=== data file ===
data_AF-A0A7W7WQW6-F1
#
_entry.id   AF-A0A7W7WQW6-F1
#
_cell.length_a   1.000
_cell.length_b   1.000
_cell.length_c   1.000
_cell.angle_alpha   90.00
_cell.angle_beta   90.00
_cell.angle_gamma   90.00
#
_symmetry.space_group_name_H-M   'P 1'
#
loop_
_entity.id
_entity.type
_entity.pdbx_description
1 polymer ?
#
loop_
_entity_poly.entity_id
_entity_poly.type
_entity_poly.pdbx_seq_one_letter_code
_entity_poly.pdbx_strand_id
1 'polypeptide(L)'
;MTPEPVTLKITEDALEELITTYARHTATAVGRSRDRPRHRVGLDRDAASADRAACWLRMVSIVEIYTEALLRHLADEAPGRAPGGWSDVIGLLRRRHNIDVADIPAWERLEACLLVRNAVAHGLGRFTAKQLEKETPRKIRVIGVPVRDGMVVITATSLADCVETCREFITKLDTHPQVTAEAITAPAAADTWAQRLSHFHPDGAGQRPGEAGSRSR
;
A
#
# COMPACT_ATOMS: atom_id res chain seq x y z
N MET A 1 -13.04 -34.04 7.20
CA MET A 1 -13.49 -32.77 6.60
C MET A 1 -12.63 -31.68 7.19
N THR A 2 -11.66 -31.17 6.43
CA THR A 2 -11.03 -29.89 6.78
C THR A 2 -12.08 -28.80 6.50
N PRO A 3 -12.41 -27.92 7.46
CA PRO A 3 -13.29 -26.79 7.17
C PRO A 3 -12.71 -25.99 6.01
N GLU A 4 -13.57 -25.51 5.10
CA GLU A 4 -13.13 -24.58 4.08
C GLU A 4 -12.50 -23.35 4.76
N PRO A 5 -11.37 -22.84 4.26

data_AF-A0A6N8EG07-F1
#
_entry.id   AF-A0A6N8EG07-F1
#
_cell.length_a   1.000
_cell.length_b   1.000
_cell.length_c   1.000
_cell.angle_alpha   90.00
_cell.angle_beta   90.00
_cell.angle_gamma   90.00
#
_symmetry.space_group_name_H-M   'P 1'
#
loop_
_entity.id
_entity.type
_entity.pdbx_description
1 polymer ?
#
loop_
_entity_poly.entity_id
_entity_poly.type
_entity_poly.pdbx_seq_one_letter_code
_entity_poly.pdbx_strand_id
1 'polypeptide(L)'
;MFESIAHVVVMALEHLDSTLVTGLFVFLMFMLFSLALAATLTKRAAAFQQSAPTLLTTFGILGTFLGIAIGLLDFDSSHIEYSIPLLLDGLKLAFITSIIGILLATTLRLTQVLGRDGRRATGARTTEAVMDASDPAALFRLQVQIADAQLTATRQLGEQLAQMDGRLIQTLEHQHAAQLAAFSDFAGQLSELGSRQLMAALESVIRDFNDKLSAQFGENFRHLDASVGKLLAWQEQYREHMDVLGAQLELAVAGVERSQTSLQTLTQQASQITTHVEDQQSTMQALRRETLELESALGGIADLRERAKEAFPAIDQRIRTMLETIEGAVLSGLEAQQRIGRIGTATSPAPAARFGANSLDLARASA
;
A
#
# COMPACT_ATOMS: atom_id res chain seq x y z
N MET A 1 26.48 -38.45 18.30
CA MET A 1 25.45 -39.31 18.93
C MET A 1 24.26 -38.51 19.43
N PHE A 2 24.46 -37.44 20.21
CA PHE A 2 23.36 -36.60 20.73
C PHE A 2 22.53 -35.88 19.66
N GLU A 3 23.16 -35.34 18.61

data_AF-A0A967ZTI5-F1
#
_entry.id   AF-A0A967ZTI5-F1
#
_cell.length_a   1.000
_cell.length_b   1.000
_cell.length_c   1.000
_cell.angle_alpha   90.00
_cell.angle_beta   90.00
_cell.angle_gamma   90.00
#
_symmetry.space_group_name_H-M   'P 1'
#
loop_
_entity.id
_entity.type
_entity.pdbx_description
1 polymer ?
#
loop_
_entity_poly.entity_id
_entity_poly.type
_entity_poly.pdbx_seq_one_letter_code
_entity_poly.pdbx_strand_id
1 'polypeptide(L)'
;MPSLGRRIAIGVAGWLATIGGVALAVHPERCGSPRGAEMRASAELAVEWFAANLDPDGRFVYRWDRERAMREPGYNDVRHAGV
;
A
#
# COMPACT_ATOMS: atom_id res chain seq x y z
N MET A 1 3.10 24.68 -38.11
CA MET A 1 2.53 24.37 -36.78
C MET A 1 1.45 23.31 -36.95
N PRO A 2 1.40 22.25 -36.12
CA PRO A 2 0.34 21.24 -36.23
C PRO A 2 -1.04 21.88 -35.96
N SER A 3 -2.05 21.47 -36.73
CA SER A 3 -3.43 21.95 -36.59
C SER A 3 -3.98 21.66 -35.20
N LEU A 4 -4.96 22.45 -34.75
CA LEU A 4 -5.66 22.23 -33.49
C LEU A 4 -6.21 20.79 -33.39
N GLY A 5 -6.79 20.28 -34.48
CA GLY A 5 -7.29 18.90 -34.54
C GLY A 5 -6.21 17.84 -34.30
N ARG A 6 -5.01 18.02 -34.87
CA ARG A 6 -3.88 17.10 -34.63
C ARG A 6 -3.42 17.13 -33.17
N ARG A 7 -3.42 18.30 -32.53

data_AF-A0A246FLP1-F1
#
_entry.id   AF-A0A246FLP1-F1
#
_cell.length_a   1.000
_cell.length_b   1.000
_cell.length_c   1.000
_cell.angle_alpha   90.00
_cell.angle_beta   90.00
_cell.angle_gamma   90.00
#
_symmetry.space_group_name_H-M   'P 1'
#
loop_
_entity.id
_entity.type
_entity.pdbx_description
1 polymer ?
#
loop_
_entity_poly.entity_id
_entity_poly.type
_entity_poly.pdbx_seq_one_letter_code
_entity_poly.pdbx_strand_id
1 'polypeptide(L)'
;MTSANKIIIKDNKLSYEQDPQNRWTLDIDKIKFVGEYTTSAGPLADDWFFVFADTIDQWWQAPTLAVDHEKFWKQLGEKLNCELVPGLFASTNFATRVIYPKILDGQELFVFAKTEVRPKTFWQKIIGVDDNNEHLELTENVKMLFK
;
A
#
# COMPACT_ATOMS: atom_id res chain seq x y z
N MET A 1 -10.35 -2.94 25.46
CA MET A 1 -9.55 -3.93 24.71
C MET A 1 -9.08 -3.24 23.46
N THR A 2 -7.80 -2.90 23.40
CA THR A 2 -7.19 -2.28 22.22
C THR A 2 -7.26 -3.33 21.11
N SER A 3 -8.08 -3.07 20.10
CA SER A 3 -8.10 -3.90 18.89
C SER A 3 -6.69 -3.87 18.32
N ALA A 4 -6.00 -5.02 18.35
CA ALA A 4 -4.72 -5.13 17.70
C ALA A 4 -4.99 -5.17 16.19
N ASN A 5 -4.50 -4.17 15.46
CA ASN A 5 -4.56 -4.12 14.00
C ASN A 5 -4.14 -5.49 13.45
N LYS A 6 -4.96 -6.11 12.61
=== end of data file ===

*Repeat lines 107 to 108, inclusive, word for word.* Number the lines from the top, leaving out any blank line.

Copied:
;
A